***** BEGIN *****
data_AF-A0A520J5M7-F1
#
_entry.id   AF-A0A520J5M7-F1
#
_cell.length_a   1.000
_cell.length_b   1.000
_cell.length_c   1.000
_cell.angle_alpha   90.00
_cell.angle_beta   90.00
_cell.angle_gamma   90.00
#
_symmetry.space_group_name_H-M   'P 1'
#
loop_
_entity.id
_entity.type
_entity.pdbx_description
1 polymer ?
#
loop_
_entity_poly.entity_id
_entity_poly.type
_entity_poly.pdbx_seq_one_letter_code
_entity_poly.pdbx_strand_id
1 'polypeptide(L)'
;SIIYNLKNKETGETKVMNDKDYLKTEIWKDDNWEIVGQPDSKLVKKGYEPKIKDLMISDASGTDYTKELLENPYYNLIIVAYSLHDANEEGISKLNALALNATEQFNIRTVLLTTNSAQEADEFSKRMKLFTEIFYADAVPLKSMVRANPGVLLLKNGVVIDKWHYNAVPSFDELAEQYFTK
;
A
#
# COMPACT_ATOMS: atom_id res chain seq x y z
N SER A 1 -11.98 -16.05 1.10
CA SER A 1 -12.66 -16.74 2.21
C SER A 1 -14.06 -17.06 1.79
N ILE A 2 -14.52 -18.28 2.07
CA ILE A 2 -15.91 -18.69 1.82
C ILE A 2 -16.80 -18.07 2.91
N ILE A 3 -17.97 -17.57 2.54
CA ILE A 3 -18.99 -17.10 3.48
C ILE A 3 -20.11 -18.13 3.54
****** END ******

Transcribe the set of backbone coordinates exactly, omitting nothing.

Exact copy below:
data_AF-A0A520J5M7-F1
#
_entry.id   AF-A0A520J5M7-F1
#
_cell.length_a   1.000
_cell.length_b   1.000
_cell.length_c   1.000
_cell.angle_alpha   90.00
_cell.angle_beta   90.00
_cell.angle_gamma   90.00
#
_symmetry.space_group_name_H-M   'P 1'
#
loop_
_entity.id
_entity.type
_entity.pdbx_description
1 polymer ?
#
loop_
_entity_poly.entity_id
_entity_poly.type
_entity_poly.pdbx_seq_one_letter_code
_entity_poly.pdbx_strand_id
1 'polypeptide(L)'
;SIIYNLKNKETGETKVMNDKDYLKTEIWKDDNWEIVGQPDSKLVKKGYEPKIKDLMISDASGTDYTKELLENPYYNLIIVAYSLHDANEEGISKLNALALNATEQFNIRTVLLTTNSAQEADEFSKRMKLFTEIFYADAVPLKSMVRANPGVLLLKNGVVIDKWHYNAVPSFDELAEQYFTK
;
A
#
# COMPACT_ATOMS: atom_id res chain seq x y z
N SER A 1 -11.98 -16.05 1.10
CA SER A 1 -12.66 -16.74 2.21
C SER A 1 -14.06 -17.06 1.79
N ILE A 2 -14.52 -18.28 2.07
CA ILE A 2 -15.91 -18.69 1.82
C ILE A 2 -16.80 -18.07 2.91
N ILE A 3 -17.97 -17.57 2.54
CA ILE A 3 -18.99 -17.10 3.48
C ILE A 3 -20.11 -18.13 3.54